Perhaps the most downright stupid behaviour ever seen from a tourist was from the guy Caroline saw on Saturday morning who, having realised the vaporetto was leaving without him with all his friends on board, took a running jump and hurdled the gate while the boat was moving away from the pontoon. An action which, had he got it wrong, could easily have killed him.
The most unpleasant though has to be that at the Regata Storica. We have two friends visiting for the afternoon, so we pack up some deckchairs, some wine, and the rest of our gear and go down to Campo San Samuele. We did this last year : it doesn't get too busy, and you can normally get a spot near the front without too much trouble.
There are a few people already there, all seated right on the edge of the campo with legs dangling over the canal. So we put up our chairs a few feet behind them : plenty of legroom for us, space for people to get past if they need to, space for the people in front to lean back if they get tired.
The guy in front of us - scrawny, bespectacled, unkempt - is reading Le Monde. Time passes, the sky clears and the sun comes out, and it seems it might be a good idea for me to go back to the flat to pick up some hats, umbrellas, sun cream etc. By the time I get back the French guy has shuffled back a bit from the edge. Nothing too annoying as yet, but starting to impinge on our space.
Over the next half hour, he progressively moves further and further back, stretching his arms out behind him until his hands are starting to stray suspiciously close to our stuff. I can't work out if he's just being antisocial or if he's planning on trying to nick something.
And then, all of a sudden, he tries to move back, realises he hasn't got room, and starts moving our bags out of the way. Caroline immediately moves them back..
He pushes himself further back, more forcefully this time.
I ask him, in Italian, if he'd like to use my chair as he's practically sitting on me anyway. I could use English, but I figure Italian will annoy him more as I suspect he doesn't speak any.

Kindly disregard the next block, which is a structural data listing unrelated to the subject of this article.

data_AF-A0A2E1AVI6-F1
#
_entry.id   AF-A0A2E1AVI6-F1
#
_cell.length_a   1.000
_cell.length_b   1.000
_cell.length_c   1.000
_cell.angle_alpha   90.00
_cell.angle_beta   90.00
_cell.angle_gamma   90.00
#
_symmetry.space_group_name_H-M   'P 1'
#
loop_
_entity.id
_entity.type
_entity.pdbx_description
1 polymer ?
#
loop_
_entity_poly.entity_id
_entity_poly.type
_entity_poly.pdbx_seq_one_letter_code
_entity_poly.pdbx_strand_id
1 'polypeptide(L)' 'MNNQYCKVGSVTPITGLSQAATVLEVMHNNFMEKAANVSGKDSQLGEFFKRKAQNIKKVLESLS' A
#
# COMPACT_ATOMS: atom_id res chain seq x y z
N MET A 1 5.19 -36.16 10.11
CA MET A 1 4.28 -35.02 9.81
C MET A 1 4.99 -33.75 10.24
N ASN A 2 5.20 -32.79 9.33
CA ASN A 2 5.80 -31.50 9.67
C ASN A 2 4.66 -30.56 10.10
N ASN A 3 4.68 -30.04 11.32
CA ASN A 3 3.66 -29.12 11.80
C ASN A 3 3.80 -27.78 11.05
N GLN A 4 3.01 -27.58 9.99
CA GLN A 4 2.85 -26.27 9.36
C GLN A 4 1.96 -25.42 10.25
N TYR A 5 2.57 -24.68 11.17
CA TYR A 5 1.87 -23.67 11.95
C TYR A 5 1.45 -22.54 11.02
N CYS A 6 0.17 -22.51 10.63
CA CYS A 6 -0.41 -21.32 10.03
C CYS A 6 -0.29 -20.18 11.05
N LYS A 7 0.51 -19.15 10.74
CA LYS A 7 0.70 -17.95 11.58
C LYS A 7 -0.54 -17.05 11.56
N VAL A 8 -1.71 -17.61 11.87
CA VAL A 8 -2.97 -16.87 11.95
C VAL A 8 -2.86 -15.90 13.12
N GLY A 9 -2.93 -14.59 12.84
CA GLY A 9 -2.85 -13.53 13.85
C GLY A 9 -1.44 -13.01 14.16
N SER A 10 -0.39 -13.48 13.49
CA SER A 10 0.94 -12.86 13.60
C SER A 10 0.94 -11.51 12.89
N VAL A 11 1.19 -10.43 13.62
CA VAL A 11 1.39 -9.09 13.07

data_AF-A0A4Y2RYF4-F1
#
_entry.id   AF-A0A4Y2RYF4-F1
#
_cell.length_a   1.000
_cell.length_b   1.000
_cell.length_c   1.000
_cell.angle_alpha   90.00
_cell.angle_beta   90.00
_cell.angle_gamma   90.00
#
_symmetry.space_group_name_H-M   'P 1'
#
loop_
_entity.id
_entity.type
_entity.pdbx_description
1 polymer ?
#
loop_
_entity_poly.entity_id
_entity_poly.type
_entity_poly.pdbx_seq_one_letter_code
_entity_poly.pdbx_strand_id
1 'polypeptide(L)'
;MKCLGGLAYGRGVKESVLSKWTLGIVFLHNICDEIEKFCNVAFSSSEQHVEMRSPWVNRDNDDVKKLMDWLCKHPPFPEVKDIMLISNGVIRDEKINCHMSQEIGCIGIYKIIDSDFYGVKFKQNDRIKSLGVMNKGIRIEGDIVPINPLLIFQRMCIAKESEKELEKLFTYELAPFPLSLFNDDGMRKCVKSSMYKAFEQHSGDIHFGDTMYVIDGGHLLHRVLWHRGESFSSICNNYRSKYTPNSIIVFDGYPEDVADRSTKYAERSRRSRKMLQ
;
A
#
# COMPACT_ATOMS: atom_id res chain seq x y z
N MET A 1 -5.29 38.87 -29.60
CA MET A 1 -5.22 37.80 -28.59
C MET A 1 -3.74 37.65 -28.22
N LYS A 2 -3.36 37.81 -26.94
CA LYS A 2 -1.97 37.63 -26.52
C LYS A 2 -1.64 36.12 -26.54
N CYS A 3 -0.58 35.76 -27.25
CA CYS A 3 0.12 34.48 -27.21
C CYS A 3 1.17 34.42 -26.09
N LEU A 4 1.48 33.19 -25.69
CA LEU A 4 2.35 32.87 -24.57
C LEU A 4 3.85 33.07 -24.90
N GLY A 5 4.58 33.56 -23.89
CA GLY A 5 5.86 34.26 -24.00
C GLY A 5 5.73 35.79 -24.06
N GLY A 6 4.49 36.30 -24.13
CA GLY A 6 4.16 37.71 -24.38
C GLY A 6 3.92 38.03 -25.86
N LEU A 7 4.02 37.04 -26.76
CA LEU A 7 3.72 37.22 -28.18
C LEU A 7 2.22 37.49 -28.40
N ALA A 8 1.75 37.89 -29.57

Caroline attempts to prod him forward with her foot, at which point he turns and snarls and snatches her handbag.
I grab the other end and wrestle if off him. At which point all those hours reading Sherlock Holmes in Italian really pay off and I shout at him something which translates along the lines of Next time it'll be the worse for you, wretched Frenchman!
He's properly angry now, and I realise that he might do something stupid - either grab something of ours and throw it in the canal, or possibly even hit me. And it strikes me that it would be really, really stupid to get involved in a fight. Thankfully, he seems to think the same, and turns away from us in a fury and tries to push himself back once more. But I've got my foot in place now, so if he wants to do so he's going to have to sit on it; which is going to be more uncomfortable for him than me.
Impasse, then. We stay like this for the next twenty minutes or so, my foot braced ready for him to try something, and Caroline's handbag looped around my arm. I am almost shaking with anger and the worry that he might try something stupid. Eventually he gives up, and wanders off to the back of the campo, but even now I think I need to keep a half eye on him, just in case.
The Regata passes pleasantly enough but the shine has been taken off the afternoon for me, although a stiff drink and nice meal on the Zattere help matters. I'm still unsure if it was a cack-handed attempt to steal something or an audacious (and, indeed, successful) attempt to propel the French to the head of the Crap Tourists league. Still,he has to go back to France. We get to stay in Venice. Ergo, we win.